My travels got off to a good start this year. I had a work thing in Phoenix this week and as I usually try to do, I managed to take an extra couple of days for myself.
I didn't really have much of a plan. This is a part of the world I really just enjoy exploring and following my nose but I wanted to see Sedona, a Saguaro and spend a night in Flagstaff - possibly taking in Meteor Crater which is an hour East of there.
Alas, mother nature had other plans. Saturday night, a large Winter storm blew through the Flagstaff area dumping several inches of snow. Being in a rental car with only all-season tyres made my decision easy - get back to lower elevation before midnight on Saturday. So that's what I did.
I'm no stranger to long driving days and the distances out West, but this was a pretty big day even for me. I left the hotel in Phoenix around Sunrise on Saturday and headed North via the Tonto National Forest.
At this point I didn't really have much of a plan other than to get to Sedona without taking I-17. After a couple of hours of desert views following Highway 87 towards Pine, I came across Tonto Natural Bridge State Park. What a lovely little hidden gem.
A short but steep hike down into the gorge permitted access the river bed. From there, you could scramble your way along, down and through underneath the giant arch above your head. It was rather icy as I got nearer the waterfall area so I elected to turn back but this place was well worth the $7 state park admission fee.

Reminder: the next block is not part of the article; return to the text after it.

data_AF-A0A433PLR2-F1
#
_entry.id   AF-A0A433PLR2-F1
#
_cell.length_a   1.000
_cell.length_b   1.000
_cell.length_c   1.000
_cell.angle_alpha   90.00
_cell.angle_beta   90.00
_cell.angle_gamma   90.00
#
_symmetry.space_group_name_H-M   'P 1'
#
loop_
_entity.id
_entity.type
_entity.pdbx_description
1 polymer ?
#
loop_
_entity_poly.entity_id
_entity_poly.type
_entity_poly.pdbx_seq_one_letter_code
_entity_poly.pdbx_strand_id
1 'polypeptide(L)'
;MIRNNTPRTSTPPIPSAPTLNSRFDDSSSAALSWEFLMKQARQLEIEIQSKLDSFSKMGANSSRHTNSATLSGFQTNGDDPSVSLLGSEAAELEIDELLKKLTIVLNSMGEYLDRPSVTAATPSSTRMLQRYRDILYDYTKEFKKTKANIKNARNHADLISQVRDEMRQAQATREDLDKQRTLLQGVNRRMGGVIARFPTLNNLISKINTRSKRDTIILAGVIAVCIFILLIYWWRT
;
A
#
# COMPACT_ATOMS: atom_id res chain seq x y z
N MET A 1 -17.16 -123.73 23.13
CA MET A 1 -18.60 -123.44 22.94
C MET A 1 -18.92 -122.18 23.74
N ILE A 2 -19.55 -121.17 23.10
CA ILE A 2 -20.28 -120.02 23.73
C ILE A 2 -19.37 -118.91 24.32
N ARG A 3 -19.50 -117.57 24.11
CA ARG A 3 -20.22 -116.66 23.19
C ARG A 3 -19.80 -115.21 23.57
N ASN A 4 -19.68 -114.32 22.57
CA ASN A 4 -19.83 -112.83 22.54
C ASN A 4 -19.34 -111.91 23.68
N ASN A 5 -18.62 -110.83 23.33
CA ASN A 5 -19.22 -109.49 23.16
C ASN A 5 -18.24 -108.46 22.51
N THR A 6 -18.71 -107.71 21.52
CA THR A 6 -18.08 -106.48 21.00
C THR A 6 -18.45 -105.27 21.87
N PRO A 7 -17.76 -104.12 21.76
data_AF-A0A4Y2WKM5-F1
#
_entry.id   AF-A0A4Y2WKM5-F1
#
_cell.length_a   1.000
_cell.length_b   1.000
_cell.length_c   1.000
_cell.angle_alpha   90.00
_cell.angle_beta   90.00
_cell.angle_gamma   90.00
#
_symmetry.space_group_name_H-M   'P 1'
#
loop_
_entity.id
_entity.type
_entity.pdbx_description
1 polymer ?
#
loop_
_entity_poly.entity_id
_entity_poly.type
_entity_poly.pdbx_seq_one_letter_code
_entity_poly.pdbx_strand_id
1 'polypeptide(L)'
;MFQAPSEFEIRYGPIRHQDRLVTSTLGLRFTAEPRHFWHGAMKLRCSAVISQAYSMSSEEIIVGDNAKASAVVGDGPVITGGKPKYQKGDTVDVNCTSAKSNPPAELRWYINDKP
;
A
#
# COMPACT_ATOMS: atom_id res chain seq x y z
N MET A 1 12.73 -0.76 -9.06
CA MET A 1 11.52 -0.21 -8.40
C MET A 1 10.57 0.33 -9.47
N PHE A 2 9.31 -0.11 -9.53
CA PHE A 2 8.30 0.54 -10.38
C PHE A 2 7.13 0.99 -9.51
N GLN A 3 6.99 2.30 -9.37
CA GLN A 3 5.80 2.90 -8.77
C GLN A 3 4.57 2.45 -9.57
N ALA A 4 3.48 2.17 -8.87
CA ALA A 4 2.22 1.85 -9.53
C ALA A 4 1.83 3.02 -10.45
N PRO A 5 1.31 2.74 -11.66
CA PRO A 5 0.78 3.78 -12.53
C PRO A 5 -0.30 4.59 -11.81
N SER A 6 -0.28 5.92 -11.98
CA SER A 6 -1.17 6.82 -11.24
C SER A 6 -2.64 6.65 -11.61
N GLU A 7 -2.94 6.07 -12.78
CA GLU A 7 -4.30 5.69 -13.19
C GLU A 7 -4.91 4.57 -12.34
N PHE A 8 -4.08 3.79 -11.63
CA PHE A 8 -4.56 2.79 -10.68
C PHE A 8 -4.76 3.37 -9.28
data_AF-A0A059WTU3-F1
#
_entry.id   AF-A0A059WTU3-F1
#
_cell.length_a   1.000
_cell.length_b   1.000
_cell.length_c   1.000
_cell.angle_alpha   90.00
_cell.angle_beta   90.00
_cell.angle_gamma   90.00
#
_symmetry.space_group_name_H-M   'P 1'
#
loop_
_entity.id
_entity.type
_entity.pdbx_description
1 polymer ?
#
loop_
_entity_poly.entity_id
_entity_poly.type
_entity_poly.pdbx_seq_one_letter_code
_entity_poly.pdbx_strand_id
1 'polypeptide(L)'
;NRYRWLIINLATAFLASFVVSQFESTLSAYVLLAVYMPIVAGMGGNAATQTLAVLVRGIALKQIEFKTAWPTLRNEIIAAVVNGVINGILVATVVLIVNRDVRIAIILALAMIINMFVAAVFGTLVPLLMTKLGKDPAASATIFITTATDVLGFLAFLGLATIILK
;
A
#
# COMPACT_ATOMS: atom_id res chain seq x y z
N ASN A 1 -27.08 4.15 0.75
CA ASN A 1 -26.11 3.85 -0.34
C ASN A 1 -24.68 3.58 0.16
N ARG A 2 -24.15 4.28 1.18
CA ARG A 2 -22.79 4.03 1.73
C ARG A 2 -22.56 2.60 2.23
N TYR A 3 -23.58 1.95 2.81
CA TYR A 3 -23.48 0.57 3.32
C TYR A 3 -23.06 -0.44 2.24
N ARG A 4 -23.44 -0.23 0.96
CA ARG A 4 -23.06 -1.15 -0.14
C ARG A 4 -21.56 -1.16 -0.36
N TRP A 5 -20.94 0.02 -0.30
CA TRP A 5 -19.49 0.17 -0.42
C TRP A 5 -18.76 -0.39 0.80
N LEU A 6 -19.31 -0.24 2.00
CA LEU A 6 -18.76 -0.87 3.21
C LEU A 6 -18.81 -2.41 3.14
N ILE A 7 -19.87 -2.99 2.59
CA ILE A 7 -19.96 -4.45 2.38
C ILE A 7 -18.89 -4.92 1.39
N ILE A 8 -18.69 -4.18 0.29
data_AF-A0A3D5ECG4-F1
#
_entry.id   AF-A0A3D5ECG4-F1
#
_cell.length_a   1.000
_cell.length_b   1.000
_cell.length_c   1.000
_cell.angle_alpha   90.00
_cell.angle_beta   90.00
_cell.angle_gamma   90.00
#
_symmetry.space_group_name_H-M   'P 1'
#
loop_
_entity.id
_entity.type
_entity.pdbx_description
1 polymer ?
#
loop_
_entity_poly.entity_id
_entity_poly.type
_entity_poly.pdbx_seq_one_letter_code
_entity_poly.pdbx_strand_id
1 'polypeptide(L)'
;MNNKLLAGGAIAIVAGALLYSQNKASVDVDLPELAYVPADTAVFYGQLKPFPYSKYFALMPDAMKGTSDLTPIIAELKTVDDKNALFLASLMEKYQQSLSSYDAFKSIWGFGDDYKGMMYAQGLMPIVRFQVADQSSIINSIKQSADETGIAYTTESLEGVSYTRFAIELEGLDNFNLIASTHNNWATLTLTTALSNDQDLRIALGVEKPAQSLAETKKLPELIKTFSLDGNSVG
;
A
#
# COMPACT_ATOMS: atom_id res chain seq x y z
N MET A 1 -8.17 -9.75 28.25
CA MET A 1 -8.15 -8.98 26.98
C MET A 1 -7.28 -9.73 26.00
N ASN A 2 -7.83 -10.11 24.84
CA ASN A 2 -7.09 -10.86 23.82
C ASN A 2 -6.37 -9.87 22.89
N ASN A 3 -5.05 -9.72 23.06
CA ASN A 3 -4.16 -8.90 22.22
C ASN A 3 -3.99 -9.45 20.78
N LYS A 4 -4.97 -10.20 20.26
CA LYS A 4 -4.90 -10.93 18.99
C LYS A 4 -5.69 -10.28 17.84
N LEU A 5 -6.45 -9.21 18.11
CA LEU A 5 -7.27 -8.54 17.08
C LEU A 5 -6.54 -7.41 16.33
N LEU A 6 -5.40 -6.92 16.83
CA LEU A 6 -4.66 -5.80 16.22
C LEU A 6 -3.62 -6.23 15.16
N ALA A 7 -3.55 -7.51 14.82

I found the structures of the rock particularly interesting. Almost like a drinking straw. The rock almost look like tree roots or capillaries in places. Really unique and not something I've seen before.
From here I continued over the pass via Pine and Strawberry dropping down into Camp Verde, home of the Montezuma Castle. I neglected to visit the Castle itself deciding to save that for another trip, perhaps with company.
There was snow at the higher elevations and I even made direct eye contact with a Wolf who ran across the road in front of me. That was a cool moment.
Sedona next. I took the Red Rock Scenic Highway AZ-179 and it has to be one of the most beautiful stretches of road in the country. Short, and crowded. But beautiful none the less.
It was about this point in the day I checked the weather forecast and noted the winter storm warning. I sat and thought about what to do over a Chicken Salad sandwich lunch in Sedona at Wildflower and decided I would have a better time overall if I was attempting to drive the 2 hours back from Flagstaff tomorrow if I headed South to Phoenix tonight.
With that decision made, I relaxed the pace a little. I headed up Airport Mesa for a fabulous view of the town down below. Seriously, who thought to put an aiport on top of the hill like that? It's so cool!
Parking at the airport was $3 (I used the change from my $7 state park visit earlier in the day) which for the length of time I spent up there was outrageously expensive. But I get the feeling that Sedona is that kind of place.